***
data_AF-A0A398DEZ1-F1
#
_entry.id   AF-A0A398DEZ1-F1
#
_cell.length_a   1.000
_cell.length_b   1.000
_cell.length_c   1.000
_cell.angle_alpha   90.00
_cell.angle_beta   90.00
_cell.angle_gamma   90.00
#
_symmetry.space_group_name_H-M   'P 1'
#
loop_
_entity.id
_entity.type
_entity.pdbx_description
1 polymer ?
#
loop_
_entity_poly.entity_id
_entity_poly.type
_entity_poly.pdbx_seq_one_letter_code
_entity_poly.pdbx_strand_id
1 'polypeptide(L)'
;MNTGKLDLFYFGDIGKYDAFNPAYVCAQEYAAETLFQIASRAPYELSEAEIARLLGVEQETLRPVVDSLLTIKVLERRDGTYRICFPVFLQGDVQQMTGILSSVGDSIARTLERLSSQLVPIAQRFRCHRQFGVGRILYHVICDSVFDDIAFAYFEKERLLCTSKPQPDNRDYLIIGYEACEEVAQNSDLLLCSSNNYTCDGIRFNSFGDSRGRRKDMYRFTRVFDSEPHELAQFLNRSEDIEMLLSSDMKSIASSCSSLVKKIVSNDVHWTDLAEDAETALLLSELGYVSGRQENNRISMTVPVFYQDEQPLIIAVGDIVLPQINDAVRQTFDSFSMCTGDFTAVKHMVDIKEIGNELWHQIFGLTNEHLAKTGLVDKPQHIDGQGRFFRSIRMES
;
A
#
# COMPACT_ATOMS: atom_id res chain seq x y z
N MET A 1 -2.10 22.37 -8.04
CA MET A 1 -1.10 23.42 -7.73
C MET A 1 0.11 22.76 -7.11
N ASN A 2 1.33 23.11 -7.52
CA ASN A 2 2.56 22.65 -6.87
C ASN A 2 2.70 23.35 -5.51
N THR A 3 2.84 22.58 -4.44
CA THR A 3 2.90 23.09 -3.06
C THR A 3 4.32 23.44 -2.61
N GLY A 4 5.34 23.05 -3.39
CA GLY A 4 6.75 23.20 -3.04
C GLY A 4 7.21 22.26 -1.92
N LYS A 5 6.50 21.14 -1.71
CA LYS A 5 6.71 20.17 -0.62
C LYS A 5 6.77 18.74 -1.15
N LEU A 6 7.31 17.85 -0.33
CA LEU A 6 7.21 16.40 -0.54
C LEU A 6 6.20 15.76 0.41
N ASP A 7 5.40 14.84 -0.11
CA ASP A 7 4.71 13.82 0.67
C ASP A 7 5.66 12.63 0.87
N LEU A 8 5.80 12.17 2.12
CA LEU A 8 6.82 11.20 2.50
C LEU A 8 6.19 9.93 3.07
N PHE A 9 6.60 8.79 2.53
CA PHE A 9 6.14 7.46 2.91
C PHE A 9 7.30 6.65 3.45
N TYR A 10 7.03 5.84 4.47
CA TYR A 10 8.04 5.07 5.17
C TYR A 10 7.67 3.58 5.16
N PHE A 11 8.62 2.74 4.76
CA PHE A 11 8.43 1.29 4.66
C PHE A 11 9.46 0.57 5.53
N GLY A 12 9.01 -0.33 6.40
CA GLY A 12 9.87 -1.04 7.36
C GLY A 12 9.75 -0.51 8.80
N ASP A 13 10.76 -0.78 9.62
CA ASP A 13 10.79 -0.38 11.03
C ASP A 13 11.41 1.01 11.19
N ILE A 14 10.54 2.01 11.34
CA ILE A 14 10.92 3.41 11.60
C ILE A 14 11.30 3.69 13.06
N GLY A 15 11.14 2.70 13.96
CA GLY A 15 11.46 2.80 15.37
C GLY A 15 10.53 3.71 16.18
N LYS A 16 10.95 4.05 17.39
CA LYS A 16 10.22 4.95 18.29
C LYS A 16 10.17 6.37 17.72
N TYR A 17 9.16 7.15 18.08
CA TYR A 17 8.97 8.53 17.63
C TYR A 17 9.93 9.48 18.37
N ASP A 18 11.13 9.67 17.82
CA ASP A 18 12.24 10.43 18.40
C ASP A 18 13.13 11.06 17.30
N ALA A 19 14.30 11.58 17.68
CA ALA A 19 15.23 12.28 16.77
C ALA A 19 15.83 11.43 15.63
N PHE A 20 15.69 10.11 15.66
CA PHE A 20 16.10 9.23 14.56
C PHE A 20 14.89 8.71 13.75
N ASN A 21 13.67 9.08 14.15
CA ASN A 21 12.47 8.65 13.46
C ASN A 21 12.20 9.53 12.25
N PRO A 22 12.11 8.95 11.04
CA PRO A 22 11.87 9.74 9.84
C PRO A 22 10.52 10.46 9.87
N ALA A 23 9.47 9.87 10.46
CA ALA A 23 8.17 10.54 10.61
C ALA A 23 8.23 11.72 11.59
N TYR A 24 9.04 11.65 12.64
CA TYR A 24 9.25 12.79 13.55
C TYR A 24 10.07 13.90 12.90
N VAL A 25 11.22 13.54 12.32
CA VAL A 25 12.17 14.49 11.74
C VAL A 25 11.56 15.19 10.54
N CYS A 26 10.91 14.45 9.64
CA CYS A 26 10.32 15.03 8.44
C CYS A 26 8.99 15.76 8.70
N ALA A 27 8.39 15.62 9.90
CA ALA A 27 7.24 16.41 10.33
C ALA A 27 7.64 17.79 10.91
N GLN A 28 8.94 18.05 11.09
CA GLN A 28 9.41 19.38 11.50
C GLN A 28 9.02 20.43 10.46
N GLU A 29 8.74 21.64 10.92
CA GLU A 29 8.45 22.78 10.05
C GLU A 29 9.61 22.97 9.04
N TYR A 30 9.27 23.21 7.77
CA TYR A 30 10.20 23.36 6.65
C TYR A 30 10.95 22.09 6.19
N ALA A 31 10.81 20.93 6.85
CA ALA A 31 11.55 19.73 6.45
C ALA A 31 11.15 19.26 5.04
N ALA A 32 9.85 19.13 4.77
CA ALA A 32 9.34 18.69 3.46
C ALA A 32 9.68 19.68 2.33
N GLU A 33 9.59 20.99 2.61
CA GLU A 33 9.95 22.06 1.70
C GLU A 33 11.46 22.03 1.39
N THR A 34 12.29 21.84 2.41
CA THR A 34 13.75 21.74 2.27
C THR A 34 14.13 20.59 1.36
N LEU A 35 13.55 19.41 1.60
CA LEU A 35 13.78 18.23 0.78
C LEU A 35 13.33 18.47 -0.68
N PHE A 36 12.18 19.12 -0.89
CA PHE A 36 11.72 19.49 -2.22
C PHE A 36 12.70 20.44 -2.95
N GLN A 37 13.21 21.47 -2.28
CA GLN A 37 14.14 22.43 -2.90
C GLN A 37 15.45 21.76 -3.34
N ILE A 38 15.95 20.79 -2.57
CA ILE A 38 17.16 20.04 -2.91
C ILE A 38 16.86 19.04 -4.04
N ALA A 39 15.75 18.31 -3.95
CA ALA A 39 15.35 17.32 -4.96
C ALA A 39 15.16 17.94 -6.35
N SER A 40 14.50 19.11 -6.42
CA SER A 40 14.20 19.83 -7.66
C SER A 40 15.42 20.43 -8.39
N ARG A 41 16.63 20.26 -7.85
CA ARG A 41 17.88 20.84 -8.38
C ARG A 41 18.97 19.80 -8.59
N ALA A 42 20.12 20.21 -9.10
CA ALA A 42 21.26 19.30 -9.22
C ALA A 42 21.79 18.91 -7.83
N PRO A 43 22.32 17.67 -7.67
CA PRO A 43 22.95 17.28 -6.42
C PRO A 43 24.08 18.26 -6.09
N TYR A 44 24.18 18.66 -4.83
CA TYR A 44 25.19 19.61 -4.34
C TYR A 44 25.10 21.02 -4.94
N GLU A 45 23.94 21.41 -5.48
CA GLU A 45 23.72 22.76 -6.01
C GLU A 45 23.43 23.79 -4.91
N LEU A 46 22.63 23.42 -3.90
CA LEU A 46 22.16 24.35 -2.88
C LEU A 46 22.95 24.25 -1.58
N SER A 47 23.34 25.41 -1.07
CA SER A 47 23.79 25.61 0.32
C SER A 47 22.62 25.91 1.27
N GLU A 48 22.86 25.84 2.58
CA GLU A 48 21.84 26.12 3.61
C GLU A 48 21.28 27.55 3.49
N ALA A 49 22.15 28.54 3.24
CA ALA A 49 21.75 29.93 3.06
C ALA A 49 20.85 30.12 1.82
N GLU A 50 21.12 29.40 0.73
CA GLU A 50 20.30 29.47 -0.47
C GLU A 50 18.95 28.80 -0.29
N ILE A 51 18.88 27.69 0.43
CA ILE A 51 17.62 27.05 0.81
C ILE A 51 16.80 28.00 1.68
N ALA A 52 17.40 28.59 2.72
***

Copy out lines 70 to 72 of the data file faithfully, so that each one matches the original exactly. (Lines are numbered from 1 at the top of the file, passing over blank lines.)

N ILE A 14 10.54 2.01 11.34
CA ILE A 14 10.92 3.41 11.60
C ILE A 14 11.30 3.69 13.06